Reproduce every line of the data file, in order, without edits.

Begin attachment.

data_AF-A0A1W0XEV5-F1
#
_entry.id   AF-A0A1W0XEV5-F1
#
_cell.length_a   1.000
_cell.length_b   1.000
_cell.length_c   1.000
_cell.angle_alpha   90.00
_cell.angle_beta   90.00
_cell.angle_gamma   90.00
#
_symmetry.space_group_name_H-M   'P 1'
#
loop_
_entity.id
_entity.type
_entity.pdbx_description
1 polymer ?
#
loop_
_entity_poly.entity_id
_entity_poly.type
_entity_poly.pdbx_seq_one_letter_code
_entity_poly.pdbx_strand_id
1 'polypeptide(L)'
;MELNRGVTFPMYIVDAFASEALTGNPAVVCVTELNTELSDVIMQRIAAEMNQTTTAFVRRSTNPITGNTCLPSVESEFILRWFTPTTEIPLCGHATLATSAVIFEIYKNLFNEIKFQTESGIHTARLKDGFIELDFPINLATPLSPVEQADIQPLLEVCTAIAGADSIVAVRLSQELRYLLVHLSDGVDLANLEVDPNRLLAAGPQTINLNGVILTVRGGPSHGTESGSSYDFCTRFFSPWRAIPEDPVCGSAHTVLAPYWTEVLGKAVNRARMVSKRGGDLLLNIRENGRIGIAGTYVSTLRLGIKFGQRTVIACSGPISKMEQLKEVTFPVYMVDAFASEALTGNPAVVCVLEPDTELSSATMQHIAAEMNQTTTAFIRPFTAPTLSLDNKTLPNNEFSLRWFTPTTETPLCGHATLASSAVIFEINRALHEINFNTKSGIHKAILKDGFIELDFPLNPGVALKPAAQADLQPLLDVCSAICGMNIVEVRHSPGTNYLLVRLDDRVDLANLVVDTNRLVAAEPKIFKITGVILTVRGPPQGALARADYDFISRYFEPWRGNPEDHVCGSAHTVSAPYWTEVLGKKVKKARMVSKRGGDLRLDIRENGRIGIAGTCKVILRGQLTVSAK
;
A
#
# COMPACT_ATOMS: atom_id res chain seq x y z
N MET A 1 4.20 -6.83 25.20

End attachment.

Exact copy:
data_AF-A0A1W0XEV5-F1
#
_entry.id   AF-A0A1W0XEV5-F1
#
_cell.length_a   1.000
_cell.length_b   1.000
_cell.length_c   1.000
_cell.angle_alpha   90.00
_cell.angle_beta   90.00
_cell.angle_gamma   90.00
#
_symmetry.space_group_name_H-M   'P 1'
#
loop_
_entity.id
_entity.type
_entity.pdbx_description
1 polymer ?
#
loop_
_entity_poly.entity_id
_entity_poly.type
_entity_poly.pdbx_seq_one_letter_code
_entity_poly.pdbx_strand_id
1 'polypeptide(L)'
;MELNRGVTFPMYIVDAFASEALTGNPAVVCVTELNTELSDVIMQRIAAEMNQTTTAFVRRSTNPITGNTCLPSVESEFILRWFTPTTEIPLCGHATLATSAVIFEIYKNLFNEIKFQTESGIHTARLKDGFIELDFPINLATPLSPVEQADIQPLLEVCTAIAGADSIVAVRLSQELRYLLVHLSDGVDLANLEVDPNRLLAAGPQTINLNGVILTVRGGPSHGTESGSSYDFCTRFFSPWRAIPEDPVCGSAHTVLAPYWTEVLGKAVNRARMVSKRGGDLLLNIRENGRIGIAGTYVSTLRLGIKFGQRTVIACSGPISKMEQLKEVTFPVYMVDAFASEALTGNPAVVCVLEPDTELSSATMQHIAAEMNQTTTAFIRPFTAPTLSLDNKTLPNNEFSLRWFTPTTETPLCGHATLASSAVIFEINRALHEINFNTKSGIHKAILKDGFIELDFPLNPGVALKPAAQADLQPLLDVCSAICGMNIVEVRHSPGTNYLLVRLDDRVDLANLVVDTNRLVAAEPKIFKITGVILTVRGPPQGALARADYDFISRYFEPWRGNPEDHVCGSAHTVSAPYWTEVLGKKVKKARMVSKRGGDLRLDIRENGRIGIAGTCKVILRGQLTVSAK
;
A
#
# COMPACT_ATOMS: atom_id res chain seq x y z
N MET A 1 4.20 -6.83 25.20